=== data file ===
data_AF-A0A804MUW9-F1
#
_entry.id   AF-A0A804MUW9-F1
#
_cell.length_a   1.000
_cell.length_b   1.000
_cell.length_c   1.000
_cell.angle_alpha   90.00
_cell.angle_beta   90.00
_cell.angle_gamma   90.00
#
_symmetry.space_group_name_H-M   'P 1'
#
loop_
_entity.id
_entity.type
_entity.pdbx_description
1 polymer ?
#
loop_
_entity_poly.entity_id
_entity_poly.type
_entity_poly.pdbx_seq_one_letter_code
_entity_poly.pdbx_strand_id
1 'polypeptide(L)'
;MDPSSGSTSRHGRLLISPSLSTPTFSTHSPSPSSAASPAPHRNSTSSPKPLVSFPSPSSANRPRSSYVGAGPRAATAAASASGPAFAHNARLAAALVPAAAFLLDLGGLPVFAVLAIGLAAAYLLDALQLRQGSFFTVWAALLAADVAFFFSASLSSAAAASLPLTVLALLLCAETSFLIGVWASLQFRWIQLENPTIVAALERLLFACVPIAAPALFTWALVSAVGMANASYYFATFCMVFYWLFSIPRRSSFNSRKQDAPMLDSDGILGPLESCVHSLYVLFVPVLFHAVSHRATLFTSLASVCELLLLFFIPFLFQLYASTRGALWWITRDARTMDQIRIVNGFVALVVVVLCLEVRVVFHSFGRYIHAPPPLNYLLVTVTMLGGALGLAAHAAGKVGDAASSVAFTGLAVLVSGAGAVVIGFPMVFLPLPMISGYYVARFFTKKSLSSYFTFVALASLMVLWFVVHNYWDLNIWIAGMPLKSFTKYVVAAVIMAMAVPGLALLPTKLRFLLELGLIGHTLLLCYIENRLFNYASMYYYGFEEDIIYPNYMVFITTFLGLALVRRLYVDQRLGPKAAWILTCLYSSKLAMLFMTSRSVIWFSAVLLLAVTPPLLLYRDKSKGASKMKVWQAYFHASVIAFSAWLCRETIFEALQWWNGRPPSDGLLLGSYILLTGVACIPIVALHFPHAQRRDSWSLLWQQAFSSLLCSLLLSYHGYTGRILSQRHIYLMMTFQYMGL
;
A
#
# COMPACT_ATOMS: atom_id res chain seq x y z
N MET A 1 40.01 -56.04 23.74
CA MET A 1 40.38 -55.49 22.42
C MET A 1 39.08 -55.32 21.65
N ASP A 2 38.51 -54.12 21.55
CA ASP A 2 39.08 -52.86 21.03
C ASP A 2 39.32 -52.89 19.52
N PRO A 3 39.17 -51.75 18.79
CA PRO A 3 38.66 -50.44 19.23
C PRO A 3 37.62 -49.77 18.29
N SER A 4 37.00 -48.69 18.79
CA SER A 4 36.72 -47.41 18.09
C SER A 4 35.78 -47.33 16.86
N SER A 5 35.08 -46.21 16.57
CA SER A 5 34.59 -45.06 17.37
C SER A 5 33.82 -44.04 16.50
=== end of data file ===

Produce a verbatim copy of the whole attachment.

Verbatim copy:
data_AF-A0A804MUW9-F1
#
_entry.id   AF-A0A804MUW9-F1
#
_cell.length_a   1.000
_cell.length_b   1.000
_cell.length_c   1.000
_cell.angle_alpha   90.00
_cell.angle_beta   90.00
_cell.angle_gamma   90.00
#
_symmetry.space_group_name_H-M   'P 1'
#
loop_
_entity.id
_entity.type
_entity.pdbx_description
1 polymer ?
#
loop_
_entity_poly.entity_id
_entity_poly.type
_entity_poly.pdbx_seq_one_letter_code
_entity_poly.pdbx_strand_id
1 'polypeptide(L)'
;MDPSSGSTSRHGRLLISPSLSTPTFSTHSPSPSSAASPAPHRNSTSSPKPLVSFPSPSSANRPRSSYVGAGPRAATAAASASGPAFAHNARLAAALVPAAAFLLDLGGLPVFAVLAIGLAAAYLLDALQLRQGSFFTVWAALLAADVAFFFSASLSSAAAASLPLTVLALLLCAETSFLIGVWASLQFRWIQLENPTIVAALERLLFACVPIAAPALFTWALVSAVGMANASYYFATFCMVFYWLFSIPRRSSFNSRKQDAPMLDSDGILGPLESCVHSLYVLFVPVLFHAVSHRATLFTSLASVCELLLLFFIPFLFQLYASTRGALWWITRDARTMDQIRIVNGFVALVVVVLCLEVRVVFHSFGRYIHAPPPLNYLLVTVTMLGGALGLAAHAAGKVGDAASSVAFTGLAVLVSGAGAVVIGFPMVFLPLPMISGYYVARFFTKKSLSSYFTFVALASLMVLWFVVHNYWDLNIWIAGMPLKSFTKYVVAAVIMAMAVPGLALLPTKLRFLLELGLIGHTLLLCYIENRLFNYASMYYYGFEEDIIYPNYMVFITTFLGLALVRRLYVDQRLGPKAAWILTCLYSSKLAMLFMTSRSVIWFSAVLLLAVTPPLLLYRDKSKGASKMKVWQAYFHASVIAFSAWLCRETIFEALQWWNGRPPSDGLLLGSYILLTGVACIPIVALHFPHAQRRDSWSLLWQQAFSSLLCSLLLSYHGYTGRILSQRHIYLMMTFQYMGL
;
A
#
# COMPACT_ATOMS: atom_id res chain seq x y z
N MET A 1 40.01 -56.04 23.74
CA MET A 1 40.38 -55.49 22.42
C MET A 1 39.08 -55.32 21.65
N ASP A 2 38.51 -54.12 21.55
CA ASP A 2 39.08 -52.86 21.03
C ASP A 2 39.32 -52.89 19.52
N PRO A 3 39.17 -51.75 18.79
CA PRO A 3 38.66 -50.44 19.23
C PRO A 3 37.62 -49.77 18.29
N SER A 4 37.00 -48.69 18.79
CA SER A 4 36.72 -47.41 18.09
C SER A 4 35.78 -47.33 16.86
N SER A 5 35.08 -46.21 16.57
CA SER A 5 34.59 -45.06 17.37
C SER A 5 33.82 -44.04 16.50